Pierce was born in Fort Dodge, Iowa. He moved with his family to southern California in the mid-1920s. He attended Pasadena Nazarene College and studied for the ministry. From 1937 to 1940 he spent time traveling across California working as an evangelist. In 1940 he was ordained a Baptist minister and soon thereafter he became involved with the Los Angeles branch of the WWII-era “Youth for Christ” (YFC) movement.
In 1947, Robert Pierce joined Youth for Christ, in a series of evangelical rallies held in China. On the trip, he met Tena Hoelkeboer, a missionary Teacher. She presented him with a battered and abandoned child. Unable to care for the child herself, Tena asked Pierce, "What are you going to do about her?" Pierce gave the woman his last five dollars and agreed to send the same amount each month to help the woman care for the child.
Pierce was a close friend to Abraham Vereide. Like other leading figures of World Vision, e.g. Richard Halverson, Senator Frank Carlson, or later Winston Weaver he was also involved in The Fellowship and the associated prayer breakfast movement founded by Vereide for which he worked during the 1950s as a field representative.. Robert Pierce was a godly man and full of the Holy Spirit.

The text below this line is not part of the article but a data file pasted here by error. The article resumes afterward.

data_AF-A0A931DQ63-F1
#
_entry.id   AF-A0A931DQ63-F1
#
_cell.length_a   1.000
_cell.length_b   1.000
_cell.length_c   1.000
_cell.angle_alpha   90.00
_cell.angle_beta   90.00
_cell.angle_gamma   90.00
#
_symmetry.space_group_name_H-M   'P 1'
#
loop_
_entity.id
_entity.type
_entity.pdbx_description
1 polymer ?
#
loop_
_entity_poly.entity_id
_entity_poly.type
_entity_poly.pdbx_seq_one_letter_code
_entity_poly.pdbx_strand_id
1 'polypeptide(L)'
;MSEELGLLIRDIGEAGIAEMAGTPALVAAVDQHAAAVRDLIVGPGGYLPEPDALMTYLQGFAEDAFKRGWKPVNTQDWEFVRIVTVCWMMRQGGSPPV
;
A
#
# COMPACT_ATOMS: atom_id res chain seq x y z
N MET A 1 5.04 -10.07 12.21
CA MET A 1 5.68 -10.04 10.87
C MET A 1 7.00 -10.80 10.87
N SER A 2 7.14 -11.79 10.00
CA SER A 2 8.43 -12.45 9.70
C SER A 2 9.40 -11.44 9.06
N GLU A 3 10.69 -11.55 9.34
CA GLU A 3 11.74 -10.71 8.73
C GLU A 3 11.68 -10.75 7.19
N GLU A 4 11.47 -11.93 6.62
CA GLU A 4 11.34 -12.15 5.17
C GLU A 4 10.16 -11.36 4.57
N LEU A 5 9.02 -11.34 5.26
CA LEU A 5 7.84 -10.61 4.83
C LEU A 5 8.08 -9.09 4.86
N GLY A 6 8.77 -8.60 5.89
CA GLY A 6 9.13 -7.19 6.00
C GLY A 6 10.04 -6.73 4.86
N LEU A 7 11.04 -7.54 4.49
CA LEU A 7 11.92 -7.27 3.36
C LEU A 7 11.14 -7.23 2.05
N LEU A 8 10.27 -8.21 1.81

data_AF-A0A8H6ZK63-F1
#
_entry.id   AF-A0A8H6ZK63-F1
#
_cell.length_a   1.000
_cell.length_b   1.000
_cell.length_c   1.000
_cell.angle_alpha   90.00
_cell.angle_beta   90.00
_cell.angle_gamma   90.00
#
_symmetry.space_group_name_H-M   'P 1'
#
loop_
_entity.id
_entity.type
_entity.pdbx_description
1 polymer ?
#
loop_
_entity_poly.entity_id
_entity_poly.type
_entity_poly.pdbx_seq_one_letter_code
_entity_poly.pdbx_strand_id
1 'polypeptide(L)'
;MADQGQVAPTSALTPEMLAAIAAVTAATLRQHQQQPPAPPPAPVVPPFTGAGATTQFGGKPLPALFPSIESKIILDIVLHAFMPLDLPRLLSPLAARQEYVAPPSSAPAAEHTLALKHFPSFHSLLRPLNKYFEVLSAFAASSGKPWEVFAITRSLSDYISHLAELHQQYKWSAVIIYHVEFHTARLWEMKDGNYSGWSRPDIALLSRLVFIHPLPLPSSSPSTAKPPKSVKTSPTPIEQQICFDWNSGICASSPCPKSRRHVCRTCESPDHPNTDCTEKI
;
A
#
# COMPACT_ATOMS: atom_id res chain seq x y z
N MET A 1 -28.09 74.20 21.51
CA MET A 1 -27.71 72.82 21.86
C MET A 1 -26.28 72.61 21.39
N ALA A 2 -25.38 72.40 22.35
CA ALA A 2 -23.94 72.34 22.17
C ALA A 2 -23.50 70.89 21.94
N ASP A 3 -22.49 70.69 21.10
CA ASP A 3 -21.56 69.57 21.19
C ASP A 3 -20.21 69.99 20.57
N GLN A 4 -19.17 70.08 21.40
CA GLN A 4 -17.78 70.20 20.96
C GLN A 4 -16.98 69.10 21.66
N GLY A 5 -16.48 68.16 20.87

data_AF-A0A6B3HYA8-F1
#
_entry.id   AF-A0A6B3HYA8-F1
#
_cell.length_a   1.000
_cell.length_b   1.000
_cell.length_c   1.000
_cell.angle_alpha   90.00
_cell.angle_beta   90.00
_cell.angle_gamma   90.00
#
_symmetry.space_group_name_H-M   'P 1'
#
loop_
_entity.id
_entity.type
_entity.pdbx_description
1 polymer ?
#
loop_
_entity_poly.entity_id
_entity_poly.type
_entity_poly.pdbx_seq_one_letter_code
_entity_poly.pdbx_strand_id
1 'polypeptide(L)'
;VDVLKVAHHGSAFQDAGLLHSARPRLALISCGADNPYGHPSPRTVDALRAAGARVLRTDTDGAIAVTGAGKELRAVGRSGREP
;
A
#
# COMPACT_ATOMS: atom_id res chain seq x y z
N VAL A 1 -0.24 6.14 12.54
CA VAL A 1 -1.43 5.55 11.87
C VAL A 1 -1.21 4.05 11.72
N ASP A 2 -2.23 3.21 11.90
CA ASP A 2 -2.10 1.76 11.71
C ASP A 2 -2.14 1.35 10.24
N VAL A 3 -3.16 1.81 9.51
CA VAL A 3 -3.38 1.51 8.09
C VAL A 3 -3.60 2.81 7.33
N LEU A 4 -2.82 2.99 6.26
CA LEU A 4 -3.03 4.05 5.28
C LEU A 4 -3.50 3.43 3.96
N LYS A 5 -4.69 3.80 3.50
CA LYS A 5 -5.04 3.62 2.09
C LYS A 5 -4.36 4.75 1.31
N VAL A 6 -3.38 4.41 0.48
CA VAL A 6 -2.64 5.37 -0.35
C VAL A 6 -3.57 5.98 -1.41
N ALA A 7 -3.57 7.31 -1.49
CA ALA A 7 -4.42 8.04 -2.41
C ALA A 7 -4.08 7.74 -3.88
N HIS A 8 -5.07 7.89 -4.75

In 1959 Journalist Richard Gehman wrote that "[Pierce] cannot conceal his true emotions. He seems to me to be one of the few naturally, uncontrollably honest men I have ever met." Pastor Richard Halverson wrote that Pierce "prayed more earnestly and importunately than anyone else I have ever known. It was as though prayer burned within him. … Bob Pierce functioned from a broken heart."
In 1967 he resigned from World Vision. In 1970, he founded the hunger relief organization that became the evangelical Christian organization Samaritan's Purse that was modeled after the early World Vision International. In 1978, he died of leukemia.